The opportunity to experience Rare Disease Week in our nation's capital was more than I can describe in words. I was surrounded by families and patients walking the same walk and fighting many of the same battles. Some are still advocating even after the loss of a child, and many were patients themselves, dealing with life limiting/robbing condititions.
The week started at the NIH, where researchers, policymakers, and advocates shared recent developments that are further advancing rare disease treatments. In 2016 alone, the NIH Clinical Center involved over 15,300 rare disease patients in a clinical trial or natural history protocol. The NIH's focus on rare disease research is intentional - it is often very easy to asemble a cohort of patients with rare diseases. But even more promising, rare diseases often provide a window to common diseases. Shared during the NIH Rare Disease Day was this quote from William Harvey in 1657:
Nature is nowhere accustomed more openly to display her secret mysteries than in cases where she shows traces of her workings apart from the beaten path; nor is there any better way to advance the proper practice of medicine than to give our minds to the discovery of the usual law of nature, by careful investigation of cases of rarer forms of disease.
The stage was set Tuesday for our legislative meetings though our Rare Disease Legislative Conference, sponsored by Rare Disease Legislative Advocates, and culminated in Presendent Trump's address to congress, where he honored a student with a rare disease and promised a nation of "miracles" by slashing restraints at the FDA and across the government. And I was thrilled to see my representative Congressman Bill Posey wearing the blue demin rare disease ribbon that we gave him the week prior.
On Wednesday, 328 rare disease advocates participated in 270 Lobby Day meetings with US Senators, Congressmen, and staff. Advoates shared their personal stories, and asked that policymakers help the rare disease community (over 20 million Americans) with key issues. We asked for robust funding for the NIH and FDA, and to implement approapriations from the 21st Century Cures, which passes last year by 392-26 in the House and 94-5 in the Senate. We asked Congressman and Senators to support the OPEN ACT, which was pulled from 21st Century Cures at the last minute. The OPEN ACT would repurpose approved drugs for rare disease uses, and is estimated to double the number of drugs available to rare disease patients. This would have a significant imact on our community, as 95% of rare diseases have no FDA-approved treatment. And finally, we asked to ensure that rare diease patients don't lose access to affordable, life-saving heath insurance coverage in the upcoming policy changes.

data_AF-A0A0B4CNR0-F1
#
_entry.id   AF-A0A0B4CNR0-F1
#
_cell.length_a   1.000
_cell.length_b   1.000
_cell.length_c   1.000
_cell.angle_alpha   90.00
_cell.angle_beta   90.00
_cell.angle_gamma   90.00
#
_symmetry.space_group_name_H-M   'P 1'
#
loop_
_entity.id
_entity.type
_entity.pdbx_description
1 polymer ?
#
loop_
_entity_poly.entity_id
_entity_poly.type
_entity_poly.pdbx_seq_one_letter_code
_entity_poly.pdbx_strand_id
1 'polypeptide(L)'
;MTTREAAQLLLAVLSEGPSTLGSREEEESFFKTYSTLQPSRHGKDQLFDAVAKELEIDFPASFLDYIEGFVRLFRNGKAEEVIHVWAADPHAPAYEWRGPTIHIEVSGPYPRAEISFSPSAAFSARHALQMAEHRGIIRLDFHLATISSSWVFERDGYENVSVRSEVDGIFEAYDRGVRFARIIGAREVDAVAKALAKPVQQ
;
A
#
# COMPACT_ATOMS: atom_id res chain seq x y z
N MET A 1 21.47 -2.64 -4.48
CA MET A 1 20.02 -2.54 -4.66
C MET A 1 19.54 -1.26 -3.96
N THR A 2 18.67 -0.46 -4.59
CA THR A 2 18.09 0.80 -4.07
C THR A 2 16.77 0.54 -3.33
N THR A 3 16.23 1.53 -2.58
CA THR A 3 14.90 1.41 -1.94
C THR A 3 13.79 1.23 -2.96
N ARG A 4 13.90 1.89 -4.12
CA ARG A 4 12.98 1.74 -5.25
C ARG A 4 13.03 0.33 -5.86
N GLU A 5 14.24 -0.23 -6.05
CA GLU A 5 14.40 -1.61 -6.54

I thank our Florida Congressmen, Senators, and staff for taking the time to meet with us and hear from the rare disease community. Thank you to Congressman Posey for honoring Rare Disease Day with your ribbon and for participating in the Rare Disease Congressional Caucus. And we are especially grateful to Congressman Darren Soto for commiting to co-sponsor the OPEN ACT after meeting with our group.
On Thursday, we visited the FDA White Oak campus to see Curren's Beyond the Diagnosis portrait, which has been on display along with 14 other paintings in honor of Rare Disease Day. We met with a wonderful woman from the office of Orphan Products Development and she shared the gallery with us. It was very overwhelming to see Curren's painting in person, and to experience the exhibit and the beautiful art created to honor these special children.
After the FDA trip, we headed back to D.C. for the Rare Disease Congressional Caucus briefing on the topic of advancing rare disease treatments in the era of cures and health care reform. This was a wonderful recap of all the critical issues we focused on throughout the week, and it's wonderful to see that over 100 Senators and Congressmen are members.
I left Washington D.C. feeling on top of the world, but in recent weeks I see that there is so much work to be done in the Rare Disease advocacy space. If you follow me on facebook, you may know that Curren has just lost his Children's Health Insurance Program (CHIP) coverage for medically complex children (CMS Title 21). If Medicaid is decentralized, block-granted, and/or per capita capped, it would be tragic for children with complex medical needs and developmental disabilities, as it covers nearly half of all children with special healthcare needs. There is not a private insurance plan currently available to me at this time that covers the therapy and equipment that my son needs. Additionally, it is very troubling to hear of the proposed cut of $6 billion dollars from NIH funding (almost 20% of the current budget). I hope that we are able to fund innovation to create a nation of "miracles" as referenced in the Joint Session on Rare Disease Day, and that we don't overlook our most vulnerable population of disabled and sick children in our years to come.
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I am a mother, architect, wife, and a lover (not a fighter) - with a thirst for knowledge. My journey been recently refocused, as my family navigates through the world of medical and developmental uncertainty in hopes of providing every opportunity for my son to be his personal best in life.